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unification







aisha alabdulla









             Unification, 2020
             Acrylic on Wood
             35” x 40”




Unification, 2020
Acrylic on Wood
35” x 40”














Process











 Research













Inspiration behind art piece



“A work of art is an object, but it is also an encounter with time” - André Malraux, a French novelist and an art theorist. Philosopher Paul Mattick’s book Art in its Time mentions the capability of art to transcend historical moments, and bind products from all eras and areas. It is less about the physical resilience of a piece, and more of its ability to become a staple no matter what  the period of time is. Art is history, art is representative, art is conveyance.

    The movie Pleasantville which stars Tobey Maguire and Reese Witherspoon is a narrative of a pair of siblings that were transported through time. It is clearly marked by the black and white features of the movie that they were transported to and trapped in. As artists, we always try to transfer ourselves and our inventiveness in a certain physical mind set, ideological aspect, or space and time.

    This piece was a result of my mind’s journey through the period of the 1940s, a time of great distress and confusion. Despite this, an interesting and a timeless art was produced – Charlie Chaplin’s The Great Dictator. More than its satirical humor, there is a moral issue that is being tackled through the film which is very applicable to our time being. At the end of the movie, Charlie Chaplin imparted his now well-known speech which bares the beauty and horrors of life. The need for humanity and unity, as Chaplin iterates, is ever present and continuously growing.

    Chaplin’s speech is more than just a suggestion, it is a strategy against the current human tendencies for division, isolation, and antagonism. The Great Dictator is more than just denouncing the acts of a few men, it is a social commentary on the failures of a system that render men cruel and uncaring. The timelessness of Chaplin’s work is unbound by the reality that history does repeat itself till this current day.

    My painting is inspired by the daunting relationship of the passage of time and the everlasting qualities of a piece of art or craftsmanship. There is a reason why Charlie Chaplin has been immortalized in the ranks of film making. He and his art work are the epitome of endurance. Which is why, in these circumstances, it was a sensible decision to feature the celebrated filmmaker as a subject of a different kind of art than what he would normally be in.

    I took a portrait of Chaplin which underlines his most prominent and recognized features: the bowler hat, pronounced eyebrows, wide-eyed stare, toothbrush mustache, and relevant fashion. The understandably monochromatic photograph was given a tinted treatment with the help of Photoshop and an app called Colorize. Carefully selected divisions in the photograph were then painted in such a way that it not only evokes interest, it arouses the questions of the mind. Like the movie Pleasantville, only certain parts of the whole picture are colorized in order to depict visual qualities such as depth and pronouncement. More than that, I want to portray how the sensibilities of Charlie Chaplin, his work, and his personal ideology which he translated in his art, has persisted even during the modern times.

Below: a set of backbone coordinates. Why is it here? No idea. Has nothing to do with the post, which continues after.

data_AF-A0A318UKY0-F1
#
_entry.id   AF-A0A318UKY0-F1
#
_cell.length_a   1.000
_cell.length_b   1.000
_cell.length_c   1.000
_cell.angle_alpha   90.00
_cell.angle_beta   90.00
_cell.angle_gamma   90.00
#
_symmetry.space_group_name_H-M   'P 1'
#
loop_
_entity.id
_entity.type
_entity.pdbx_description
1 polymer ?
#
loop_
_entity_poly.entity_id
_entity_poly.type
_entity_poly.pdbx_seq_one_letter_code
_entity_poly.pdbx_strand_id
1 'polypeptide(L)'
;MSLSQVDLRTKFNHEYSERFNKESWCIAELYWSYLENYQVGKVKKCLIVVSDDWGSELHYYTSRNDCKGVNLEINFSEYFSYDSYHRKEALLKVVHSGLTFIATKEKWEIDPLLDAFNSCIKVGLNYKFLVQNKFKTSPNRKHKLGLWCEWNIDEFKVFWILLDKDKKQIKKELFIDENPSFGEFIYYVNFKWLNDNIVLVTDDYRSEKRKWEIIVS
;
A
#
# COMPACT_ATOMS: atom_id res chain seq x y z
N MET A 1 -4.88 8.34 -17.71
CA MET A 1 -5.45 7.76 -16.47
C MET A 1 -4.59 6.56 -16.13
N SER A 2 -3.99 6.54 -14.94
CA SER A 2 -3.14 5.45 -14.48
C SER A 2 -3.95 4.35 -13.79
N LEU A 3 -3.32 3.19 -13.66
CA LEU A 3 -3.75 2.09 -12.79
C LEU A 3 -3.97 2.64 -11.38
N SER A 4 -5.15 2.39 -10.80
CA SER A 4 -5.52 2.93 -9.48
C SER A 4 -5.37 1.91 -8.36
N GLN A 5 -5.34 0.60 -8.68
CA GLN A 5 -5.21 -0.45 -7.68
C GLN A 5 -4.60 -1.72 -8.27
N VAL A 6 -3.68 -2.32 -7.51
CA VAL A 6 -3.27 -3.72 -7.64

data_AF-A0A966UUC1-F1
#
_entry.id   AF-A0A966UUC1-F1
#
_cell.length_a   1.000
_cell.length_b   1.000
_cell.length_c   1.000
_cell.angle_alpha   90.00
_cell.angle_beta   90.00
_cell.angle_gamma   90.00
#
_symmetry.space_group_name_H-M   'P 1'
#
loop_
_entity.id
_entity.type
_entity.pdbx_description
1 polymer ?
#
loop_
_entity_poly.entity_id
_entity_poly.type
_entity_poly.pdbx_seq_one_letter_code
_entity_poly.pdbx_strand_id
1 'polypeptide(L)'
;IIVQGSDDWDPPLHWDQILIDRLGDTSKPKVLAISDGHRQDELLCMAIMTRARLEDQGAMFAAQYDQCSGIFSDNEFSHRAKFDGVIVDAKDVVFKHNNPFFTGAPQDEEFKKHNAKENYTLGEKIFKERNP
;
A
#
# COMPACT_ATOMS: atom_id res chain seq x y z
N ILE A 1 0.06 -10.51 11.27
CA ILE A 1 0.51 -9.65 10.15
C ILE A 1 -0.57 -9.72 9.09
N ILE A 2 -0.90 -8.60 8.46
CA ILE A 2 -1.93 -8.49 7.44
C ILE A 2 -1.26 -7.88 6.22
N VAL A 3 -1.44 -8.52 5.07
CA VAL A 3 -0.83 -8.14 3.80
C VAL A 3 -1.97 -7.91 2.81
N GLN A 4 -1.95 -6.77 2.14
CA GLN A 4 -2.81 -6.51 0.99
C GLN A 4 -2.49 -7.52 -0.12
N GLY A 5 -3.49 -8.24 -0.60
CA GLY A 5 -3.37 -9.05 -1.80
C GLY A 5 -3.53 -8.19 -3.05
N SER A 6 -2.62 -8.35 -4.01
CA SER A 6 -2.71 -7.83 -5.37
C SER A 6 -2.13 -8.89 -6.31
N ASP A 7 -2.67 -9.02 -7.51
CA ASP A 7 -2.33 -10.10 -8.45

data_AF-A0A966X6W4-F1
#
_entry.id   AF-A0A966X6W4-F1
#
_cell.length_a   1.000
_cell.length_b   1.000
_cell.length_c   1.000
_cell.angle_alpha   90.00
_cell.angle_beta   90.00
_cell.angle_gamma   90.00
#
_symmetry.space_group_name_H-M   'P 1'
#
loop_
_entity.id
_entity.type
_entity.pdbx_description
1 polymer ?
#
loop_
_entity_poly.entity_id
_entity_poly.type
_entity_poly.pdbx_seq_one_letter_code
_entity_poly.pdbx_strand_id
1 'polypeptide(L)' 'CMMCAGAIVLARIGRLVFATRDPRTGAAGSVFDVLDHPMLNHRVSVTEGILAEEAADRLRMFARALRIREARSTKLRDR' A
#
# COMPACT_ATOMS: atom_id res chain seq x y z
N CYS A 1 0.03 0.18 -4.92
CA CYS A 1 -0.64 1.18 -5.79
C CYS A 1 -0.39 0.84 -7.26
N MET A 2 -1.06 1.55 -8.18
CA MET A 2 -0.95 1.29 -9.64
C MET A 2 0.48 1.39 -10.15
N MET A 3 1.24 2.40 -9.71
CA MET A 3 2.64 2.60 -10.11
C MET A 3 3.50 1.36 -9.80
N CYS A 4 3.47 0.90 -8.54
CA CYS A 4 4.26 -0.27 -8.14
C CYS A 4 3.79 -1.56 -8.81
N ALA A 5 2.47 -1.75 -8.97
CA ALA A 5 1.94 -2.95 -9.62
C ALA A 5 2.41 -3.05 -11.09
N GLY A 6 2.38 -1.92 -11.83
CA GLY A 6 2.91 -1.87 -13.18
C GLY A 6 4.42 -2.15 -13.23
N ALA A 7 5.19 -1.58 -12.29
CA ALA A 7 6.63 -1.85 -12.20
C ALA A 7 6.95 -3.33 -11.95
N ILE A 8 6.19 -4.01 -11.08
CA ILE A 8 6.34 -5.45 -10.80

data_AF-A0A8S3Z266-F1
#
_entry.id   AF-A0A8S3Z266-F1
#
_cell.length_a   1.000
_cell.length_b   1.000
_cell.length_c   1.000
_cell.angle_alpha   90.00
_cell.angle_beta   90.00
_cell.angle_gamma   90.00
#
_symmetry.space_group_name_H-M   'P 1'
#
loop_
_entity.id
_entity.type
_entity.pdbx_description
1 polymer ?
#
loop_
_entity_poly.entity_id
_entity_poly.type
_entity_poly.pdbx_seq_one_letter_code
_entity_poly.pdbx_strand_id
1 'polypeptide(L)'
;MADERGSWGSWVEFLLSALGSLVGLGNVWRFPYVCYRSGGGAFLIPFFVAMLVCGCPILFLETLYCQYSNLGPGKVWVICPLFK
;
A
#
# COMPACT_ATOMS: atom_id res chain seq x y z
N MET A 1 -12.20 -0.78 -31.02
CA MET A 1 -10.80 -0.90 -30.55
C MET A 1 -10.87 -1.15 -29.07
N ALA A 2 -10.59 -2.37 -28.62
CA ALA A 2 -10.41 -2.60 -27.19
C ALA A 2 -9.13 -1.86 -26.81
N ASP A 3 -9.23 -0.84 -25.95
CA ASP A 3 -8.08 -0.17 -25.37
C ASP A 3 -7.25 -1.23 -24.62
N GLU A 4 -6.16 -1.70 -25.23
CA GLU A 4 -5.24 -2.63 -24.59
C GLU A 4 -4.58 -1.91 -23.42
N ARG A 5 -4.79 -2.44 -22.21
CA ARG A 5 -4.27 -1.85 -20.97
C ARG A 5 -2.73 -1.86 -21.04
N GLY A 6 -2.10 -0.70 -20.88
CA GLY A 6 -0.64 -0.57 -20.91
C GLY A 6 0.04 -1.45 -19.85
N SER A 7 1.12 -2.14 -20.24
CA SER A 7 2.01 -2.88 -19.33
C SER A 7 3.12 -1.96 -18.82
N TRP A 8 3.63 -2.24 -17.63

The idea of Pleasantville could also be applied in a way, as there are “colorized” imagery when one finally escapes repression or when one finally welcomes modern senses. In Charlie Chaplin’s speech in The Great Dictator, certain notions, events, and measures can still be seen and applied today. The filmmaker’s work is “colorized” in its transcendence of space and time.

    Art and endlessness are mutual. An artwork is an inquiry,  an artwork is a narrative, an artwork is a response.












Artist Statement



There are two stark dimensions to every image we see that do not merely implicit to the flatness of a visual representation. The two abstracted dimensions can be perceived by the creator and the viewers: first is the external characteristic of beauty, which is effortlessly seen. Then there is the internal history that would require further exploration. Through my artwork, these two intrinsic qualities are meshed seamlessly in order to showcase a personal narrative behind each rendered portrait; with the simultaneous goal of challenging the viewers’ perception of the artwork in front of them and the world around them. Most importantly, one of my artwork’s biggest objectives is to make any viewer enthused to look back into an era that is often viewed favorable and appreciate its artistic repertoire.

    The inspiration behind my work is the visual and idealistic appeal of classical portraits that I implemented by engaging techniques from mixed fields of photography, videography, and painting. Movie stills from a golden era that evoke nostalgia are one of the biggest spurs of my artwork. To properly depict this inspiration, neutral and monochromatic colors are applied in order to create a sense of tranquillity for the viewers. Moreover, soft brush strokes are further amplified by using rough wood grains as the surface of the painting in order to provide a sense of contrast through texture. These ‘external’ qualities are combined with my ‘internal’ sensibilities by merging the past and the present. The periods between the 1920s and the 1960s are visually appealing in all forms to me. My aim is to take the viewer where my mind is stuck – a time that appears to be flabbergasting in my eyes.






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